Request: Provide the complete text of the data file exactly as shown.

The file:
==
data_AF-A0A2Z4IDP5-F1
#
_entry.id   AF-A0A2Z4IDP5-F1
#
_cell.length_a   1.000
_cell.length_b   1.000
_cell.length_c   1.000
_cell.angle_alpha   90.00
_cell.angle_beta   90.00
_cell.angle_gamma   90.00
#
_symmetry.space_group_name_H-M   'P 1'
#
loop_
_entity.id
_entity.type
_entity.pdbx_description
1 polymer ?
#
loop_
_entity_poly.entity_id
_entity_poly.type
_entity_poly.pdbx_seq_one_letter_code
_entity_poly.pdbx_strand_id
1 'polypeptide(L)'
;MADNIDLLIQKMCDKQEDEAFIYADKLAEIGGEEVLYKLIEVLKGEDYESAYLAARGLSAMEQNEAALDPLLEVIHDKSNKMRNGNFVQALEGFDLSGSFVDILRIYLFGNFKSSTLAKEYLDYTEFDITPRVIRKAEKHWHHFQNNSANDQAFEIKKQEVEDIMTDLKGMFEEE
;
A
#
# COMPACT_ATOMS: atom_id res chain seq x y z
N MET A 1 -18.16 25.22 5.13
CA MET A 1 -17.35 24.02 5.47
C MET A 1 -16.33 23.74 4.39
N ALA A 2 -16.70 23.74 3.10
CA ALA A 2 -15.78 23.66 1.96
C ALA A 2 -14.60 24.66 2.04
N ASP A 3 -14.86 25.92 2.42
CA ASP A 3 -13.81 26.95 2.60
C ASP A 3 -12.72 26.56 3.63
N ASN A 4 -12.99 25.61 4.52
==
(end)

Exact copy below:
data_AF-A0A2Z4IDP5-F1
#
_entry.id   AF-A0A2Z4IDP5-F1
#
_cell.length_a   1.000
_cell.length_b   1.000
_cell.length_c   1.000
_cell.angle_alpha   90.00
_cell.angle_beta   90.00
_cell.angle_gamma   90.00
#
_symmetry.space_group_name_H-M   'P 1'
#
loop_
_entity.id
_entity.type
_entity.pdbx_description
1 polymer ?
#
loop_
_entity_poly.entity_id
_entity_poly.type
_entity_poly.pdbx_seq_one_letter_code
_entity_poly.pdbx_strand_id
1 'polypeptide(L)'
;MADNIDLLIQKMCDKQEDEAFIYADKLAEIGGEEVLYKLIEVLKGEDYESAYLAARGLSAMEQNEAALDPLLEVIHDKSNKMRNGNFVQALEGFDLSGSFVDILRIYLFGNFKSSTLAKEYLDYTEFDITPRVIRKAEKHWHHFQNNSANDQAFEIKKQEVEDIMTDLKGMFEEE
;
A
#
# COMPACT_ATOMS: atom_id res chain seq x y z
N MET A 1 -18.16 25.22 5.13
CA MET A 1 -17.35 24.02 5.47
C MET A 1 -16.33 23.74 4.39
N ALA A 2 -16.70 23.74 3.10
CA ALA A 2 -15.78 23.66 1.96
C ALA A 2 -14.60 24.66 2.04
N ASP A 3 -14.86 25.92 2.42
CA ASP A 3 -13.81 26.95 2.60
C ASP A 3 -12.72 26.56 3.63
N ASN A 4 -12.99 25.61 4.52